Special report: Shares in regenerative medicine company Regeneus jumped 15 per cent after positive results from the company’s Phase I trial of its cancer vaccine.

The stock (ASX:RGS) hit an intraday high of 27c up from 23.5c on Friday.

The company is testing its cancer therapy RGSH4K, a vaccine manufactured from a patient’s own cancer cells.

These types of vaccines, called autologous vaccines, offer patients more specific, personalised treatment with the right mix of tumour associated antigens (TAAs) for the body to recognise and attack.

The study, known as the ACTIVATE trial, is evaluating the safety and tolerability of the vaccine and to identify the right dosage to take into future trials.

Regeneus told investors today that all dose levels were safe and well-tolerated by patients, with no serious adverse effects to the vaccine.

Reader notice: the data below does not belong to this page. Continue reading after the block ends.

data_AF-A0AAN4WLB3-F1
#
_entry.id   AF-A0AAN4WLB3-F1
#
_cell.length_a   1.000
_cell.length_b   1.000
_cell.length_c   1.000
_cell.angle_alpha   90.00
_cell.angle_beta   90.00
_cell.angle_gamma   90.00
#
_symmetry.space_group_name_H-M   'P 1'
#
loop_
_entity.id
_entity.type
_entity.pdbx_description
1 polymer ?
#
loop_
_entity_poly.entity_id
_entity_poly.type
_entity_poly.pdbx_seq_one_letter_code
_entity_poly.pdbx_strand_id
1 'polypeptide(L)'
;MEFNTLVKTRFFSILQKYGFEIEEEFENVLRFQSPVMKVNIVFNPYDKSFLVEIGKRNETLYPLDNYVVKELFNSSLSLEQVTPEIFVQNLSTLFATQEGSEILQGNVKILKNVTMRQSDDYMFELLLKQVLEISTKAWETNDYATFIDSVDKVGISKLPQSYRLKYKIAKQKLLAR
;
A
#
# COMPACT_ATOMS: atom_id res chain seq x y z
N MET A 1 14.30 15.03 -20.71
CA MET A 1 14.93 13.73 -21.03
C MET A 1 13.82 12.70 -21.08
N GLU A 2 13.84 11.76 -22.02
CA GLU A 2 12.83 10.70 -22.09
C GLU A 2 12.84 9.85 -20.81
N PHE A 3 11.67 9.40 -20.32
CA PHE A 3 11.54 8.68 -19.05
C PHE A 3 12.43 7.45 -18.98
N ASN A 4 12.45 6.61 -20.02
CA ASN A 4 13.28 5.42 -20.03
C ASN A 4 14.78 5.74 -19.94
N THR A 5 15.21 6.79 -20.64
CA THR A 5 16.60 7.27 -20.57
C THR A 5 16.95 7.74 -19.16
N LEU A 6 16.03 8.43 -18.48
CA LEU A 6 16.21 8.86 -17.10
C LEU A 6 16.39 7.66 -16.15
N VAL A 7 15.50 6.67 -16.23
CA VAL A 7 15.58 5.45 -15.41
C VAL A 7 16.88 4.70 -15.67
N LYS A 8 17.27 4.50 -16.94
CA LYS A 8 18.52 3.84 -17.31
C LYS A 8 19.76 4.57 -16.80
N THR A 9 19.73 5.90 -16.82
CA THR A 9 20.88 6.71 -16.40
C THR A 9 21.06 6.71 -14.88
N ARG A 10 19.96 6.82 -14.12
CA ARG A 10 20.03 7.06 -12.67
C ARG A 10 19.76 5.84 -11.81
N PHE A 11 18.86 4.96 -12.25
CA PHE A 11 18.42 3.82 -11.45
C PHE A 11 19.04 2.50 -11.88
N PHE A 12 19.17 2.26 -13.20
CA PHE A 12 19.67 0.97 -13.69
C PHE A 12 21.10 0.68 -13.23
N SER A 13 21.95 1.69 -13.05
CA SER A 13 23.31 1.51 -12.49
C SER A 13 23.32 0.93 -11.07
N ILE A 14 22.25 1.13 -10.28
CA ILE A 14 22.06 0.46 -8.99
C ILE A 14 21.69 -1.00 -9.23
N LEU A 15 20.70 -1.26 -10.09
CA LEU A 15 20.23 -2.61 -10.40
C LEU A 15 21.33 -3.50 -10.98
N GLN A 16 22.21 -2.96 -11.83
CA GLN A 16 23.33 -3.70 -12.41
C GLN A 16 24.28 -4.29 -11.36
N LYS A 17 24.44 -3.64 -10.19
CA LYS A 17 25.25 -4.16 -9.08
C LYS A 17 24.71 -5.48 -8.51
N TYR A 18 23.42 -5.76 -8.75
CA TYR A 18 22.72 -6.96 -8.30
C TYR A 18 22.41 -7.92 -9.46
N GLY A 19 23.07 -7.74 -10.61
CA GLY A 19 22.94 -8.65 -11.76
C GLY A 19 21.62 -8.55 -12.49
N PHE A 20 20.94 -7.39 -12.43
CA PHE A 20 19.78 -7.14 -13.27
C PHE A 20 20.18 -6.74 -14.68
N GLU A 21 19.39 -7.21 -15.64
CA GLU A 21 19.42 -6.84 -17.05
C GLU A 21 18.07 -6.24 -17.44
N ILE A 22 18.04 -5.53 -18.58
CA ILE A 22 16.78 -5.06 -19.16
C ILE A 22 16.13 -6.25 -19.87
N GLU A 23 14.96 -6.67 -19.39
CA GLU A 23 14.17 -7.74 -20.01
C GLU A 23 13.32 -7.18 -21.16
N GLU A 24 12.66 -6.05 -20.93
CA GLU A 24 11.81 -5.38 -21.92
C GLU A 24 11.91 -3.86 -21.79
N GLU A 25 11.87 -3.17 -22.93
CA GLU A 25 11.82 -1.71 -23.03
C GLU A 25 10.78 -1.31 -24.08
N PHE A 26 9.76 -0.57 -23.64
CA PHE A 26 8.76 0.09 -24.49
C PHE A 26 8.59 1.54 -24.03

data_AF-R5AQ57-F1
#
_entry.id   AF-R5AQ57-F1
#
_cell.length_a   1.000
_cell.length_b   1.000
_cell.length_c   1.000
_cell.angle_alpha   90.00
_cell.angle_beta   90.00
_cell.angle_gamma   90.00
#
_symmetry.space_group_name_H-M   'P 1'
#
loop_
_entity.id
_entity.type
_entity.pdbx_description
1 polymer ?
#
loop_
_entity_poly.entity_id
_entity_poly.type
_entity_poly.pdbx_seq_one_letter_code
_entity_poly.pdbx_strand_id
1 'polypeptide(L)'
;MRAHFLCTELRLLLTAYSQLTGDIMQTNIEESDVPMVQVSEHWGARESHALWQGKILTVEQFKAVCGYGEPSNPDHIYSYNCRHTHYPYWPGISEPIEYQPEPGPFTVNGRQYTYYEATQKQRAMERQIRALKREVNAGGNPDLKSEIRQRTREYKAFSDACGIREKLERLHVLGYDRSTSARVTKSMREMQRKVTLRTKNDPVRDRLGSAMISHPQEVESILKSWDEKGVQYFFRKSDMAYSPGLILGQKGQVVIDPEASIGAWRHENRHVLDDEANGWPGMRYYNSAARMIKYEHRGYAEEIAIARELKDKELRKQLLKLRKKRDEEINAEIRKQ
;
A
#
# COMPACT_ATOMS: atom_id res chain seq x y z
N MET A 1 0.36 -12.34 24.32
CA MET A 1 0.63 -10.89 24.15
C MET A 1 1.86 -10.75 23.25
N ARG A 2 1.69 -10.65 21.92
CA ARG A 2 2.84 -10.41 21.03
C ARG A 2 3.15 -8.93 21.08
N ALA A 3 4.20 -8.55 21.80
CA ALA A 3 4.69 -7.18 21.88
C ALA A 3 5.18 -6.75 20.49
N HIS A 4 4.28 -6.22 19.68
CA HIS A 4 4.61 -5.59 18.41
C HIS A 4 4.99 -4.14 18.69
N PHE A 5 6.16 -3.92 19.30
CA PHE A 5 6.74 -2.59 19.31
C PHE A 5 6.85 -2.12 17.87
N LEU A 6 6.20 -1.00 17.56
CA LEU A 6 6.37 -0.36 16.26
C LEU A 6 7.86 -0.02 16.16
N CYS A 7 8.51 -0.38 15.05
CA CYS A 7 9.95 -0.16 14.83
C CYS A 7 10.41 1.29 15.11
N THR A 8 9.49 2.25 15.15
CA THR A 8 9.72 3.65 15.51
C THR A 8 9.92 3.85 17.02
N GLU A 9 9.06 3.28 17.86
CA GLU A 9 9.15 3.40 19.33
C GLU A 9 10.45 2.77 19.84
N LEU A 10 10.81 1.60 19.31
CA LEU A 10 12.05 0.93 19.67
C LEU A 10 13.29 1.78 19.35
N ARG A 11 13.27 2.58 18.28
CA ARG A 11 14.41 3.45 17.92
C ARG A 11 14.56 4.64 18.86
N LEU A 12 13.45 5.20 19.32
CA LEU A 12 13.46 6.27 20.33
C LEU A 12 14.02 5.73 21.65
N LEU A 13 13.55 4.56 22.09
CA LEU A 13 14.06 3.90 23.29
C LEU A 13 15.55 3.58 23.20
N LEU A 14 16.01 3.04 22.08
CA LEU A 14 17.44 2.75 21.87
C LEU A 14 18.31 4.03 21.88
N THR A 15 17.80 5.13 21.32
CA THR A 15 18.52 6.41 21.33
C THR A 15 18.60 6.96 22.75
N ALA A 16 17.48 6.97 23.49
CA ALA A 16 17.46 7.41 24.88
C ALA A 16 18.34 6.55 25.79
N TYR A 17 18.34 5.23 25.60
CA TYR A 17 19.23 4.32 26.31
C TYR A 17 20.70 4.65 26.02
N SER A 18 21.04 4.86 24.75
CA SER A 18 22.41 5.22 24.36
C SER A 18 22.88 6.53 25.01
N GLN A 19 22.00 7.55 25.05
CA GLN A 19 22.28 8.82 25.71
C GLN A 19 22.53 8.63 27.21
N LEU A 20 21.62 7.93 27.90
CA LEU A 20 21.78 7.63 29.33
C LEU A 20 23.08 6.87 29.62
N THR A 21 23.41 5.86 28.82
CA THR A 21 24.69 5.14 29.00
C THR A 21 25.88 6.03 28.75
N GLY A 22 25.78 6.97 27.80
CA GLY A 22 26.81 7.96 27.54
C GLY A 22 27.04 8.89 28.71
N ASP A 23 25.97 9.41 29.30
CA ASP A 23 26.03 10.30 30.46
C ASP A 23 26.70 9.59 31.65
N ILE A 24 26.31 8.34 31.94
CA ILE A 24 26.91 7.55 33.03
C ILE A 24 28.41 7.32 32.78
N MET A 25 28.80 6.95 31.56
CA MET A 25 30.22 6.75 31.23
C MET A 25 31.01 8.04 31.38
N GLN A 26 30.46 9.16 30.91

The company also said some patients also showed signs of immune stimulation, as demonstrated by changes in cancer markers, immune cells and cytokines.

Preliminary indications of anti-tumour activity were also seen in some patients, however the company is following up on half of the patients involved.

Professor Stephen Clarke, a leading oncologist and one of the Principal Investigators for the trial was buoyed by the results.

“The immune response, including favourable changes in biomarkers, coupled with the benign safety profile for RGSH4K, encourages proceeding to further clinical evaluation,” said Clarke.

Regeneus head John Martin said the data advances the company’s clinical development.

“Data obtained from this first-in-human clinical study is encouraging and highlights the clinical potential of RGSH4K.”

“We’re pleased with the results and will use them to advance both further studies and our partnering discussions with interested parties.”


This special report is brought to you by Regeneus.

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